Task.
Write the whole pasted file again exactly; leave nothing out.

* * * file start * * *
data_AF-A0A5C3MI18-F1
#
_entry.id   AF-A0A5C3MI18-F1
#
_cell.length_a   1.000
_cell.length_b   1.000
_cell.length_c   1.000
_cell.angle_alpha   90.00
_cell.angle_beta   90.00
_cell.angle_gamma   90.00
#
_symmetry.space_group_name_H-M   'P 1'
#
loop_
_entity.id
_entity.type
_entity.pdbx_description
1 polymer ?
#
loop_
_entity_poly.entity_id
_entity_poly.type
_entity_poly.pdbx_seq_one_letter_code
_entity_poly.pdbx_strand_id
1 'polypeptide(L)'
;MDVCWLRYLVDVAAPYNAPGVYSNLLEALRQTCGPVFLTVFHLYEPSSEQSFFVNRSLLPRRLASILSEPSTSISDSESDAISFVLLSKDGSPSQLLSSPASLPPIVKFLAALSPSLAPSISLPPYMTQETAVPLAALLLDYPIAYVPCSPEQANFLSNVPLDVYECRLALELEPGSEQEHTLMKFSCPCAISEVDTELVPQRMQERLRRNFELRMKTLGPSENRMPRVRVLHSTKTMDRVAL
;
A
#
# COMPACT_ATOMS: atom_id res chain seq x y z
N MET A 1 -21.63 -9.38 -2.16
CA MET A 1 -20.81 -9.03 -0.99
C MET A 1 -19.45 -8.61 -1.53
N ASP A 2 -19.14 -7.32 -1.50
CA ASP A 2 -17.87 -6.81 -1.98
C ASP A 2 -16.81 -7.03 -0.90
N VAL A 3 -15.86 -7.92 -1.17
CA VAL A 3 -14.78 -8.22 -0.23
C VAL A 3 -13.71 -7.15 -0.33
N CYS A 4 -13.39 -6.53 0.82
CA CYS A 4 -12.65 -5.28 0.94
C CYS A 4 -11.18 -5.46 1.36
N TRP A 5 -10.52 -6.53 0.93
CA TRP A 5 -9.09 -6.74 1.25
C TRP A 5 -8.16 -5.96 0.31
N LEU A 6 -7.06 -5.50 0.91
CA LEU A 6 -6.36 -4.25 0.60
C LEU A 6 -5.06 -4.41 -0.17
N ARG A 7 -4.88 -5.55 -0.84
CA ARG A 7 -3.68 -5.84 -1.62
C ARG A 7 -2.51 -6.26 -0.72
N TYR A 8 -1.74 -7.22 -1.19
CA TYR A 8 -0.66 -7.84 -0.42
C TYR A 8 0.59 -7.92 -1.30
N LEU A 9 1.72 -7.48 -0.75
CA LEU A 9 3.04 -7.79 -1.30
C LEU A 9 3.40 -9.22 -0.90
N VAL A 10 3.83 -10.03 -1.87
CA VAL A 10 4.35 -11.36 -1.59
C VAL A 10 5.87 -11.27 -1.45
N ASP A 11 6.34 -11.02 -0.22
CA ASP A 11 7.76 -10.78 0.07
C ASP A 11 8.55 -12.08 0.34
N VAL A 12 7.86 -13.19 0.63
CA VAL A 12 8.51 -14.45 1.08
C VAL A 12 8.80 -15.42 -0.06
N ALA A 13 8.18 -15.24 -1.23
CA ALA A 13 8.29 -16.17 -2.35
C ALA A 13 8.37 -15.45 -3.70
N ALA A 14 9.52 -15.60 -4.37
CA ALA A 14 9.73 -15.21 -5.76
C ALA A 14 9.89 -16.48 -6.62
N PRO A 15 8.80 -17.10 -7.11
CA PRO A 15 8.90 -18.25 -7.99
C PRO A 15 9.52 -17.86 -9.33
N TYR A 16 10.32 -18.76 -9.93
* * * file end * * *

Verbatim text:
data_AF-A0A5C3MI18-F1
#
_entry.id   AF-A0A5C3MI18-F1
#
_cell.length_a   1.000
_cell.length_b   1.000
_cell.length_c   1.000
_cell.angle_alpha   90.00
_cell.angle_beta   90.00
_cell.angle_gamma   90.00
#
_symmetry.space_group_name_H-M   'P 1'
#
loop_
_entity.id
_entity.type
_entity.pdbx_description
1 polymer ?
#
loop_
_entity_poly.entity_id
_entity_poly.type
_entity_poly.pdbx_seq_one_letter_code
_entity_poly.pdbx_strand_id
1 'polypeptide(L)'
;MDVCWLRYLVDVAAPYNAPGVYSNLLEALRQTCGPVFLTVFHLYEPSSEQSFFVNRSLLPRRLASILSEPSTSISDSESDAISFVLLSKDGSPSQLLSSPASLPPIVKFLAALSPSLAPSISLPPYMTQETAVPLAALLLDYPIAYVPCSPEQANFLSNVPLDVYECRLALELEPGSEQEHTLMKFSCPCAISEVDTELVPQRMQERLRRNFELRMKTLGPSENRMPRVRVLHSTKTMDRVAL
;
A
#
# COMPACT_ATOMS: atom_id res chain seq x y z
N MET A 1 -21.63 -9.38 -2.16
CA MET A 1 -20.81 -9.03 -0.99
C MET A 1 -19.45 -8.61 -1.53
N ASP A 2 -19.14 -7.32 -1.50
CA ASP A 2 -17.87 -6.81 -1.98
C ASP A 2 -16.81 -7.03 -0.90
N VAL A 3 -15.86 -7.92 -1.17
CA VAL A 3 -14.78 -8.22 -0.23
C VAL A 3 -13.71 -7.15 -0.33
N CYS A 4 -13.39 -6.53 0.82
CA CYS A 4 -12.65 -5.28 0.94
C CYS A 4 -11.18 -5.46 1.36
N TRP A 5 -10.52 -6.53 0.93
CA TRP A 5 -9.09 -6.74 1.25
C TRP A 5 -8.16 -5.96 0.31
N LEU A 6 -7.06 -5.50 0.91
CA LEU A 6 -6.36 -4.25 0.60
C LEU A 6 -5.06 -4.41 -0.17
N ARG A 7 -4.88 -5.55 -0.84
CA ARG A 7 -3.68 -5.84 -1.62
C ARG A 7 -2.51 -6.26 -0.72
N TYR A 8 -1.74 -7.22 -1.19
CA TYR A 8 -0.66 -7.84 -0.42
C TYR A 8 0.59 -7.92 -1.30
N LEU A 9 1.72 -7.48 -0.75
CA LEU A 9 3.04 -7.79 -1.30
C LEU A 9 3.40 -9.22 -0.90
N VAL A 10 3.83 -10.03 -1.87
CA VAL A 10 4.35 -11.36 -1.59
C VAL A 10 5.87 -11.27 -1.45
N ASP A 11 6.34 -11.02 -0.22
CA ASP A 11 7.76 -10.78 0.07
C ASP A 11 8.55 -12.08 0.34
N VAL A 12 7.86 -13.19 0.63
CA VAL A 12 8.51 -14.45 1.08
C VAL A 12 8.80 -15.42 -0.06
N ALA A 13 8.18 -15.24 -1.23
CA ALA A 13 8.29 -16.17 -2.35
C ALA A 13 8.37 -15.45 -3.70
N ALA A 14 9.52 -15.60 -4.37
CA ALA A 14 9.73 -15.21 -5.76
C ALA A 14 9.89 -16.48 -6.62
N PRO A 15 8.80 -17.10 -7.11
CA PRO A 15 8.90 -18.25 -7.99
C PRO A 15 9.52 -17.86 -9.33
N TYR A 16 10.32 -18.76 -9.93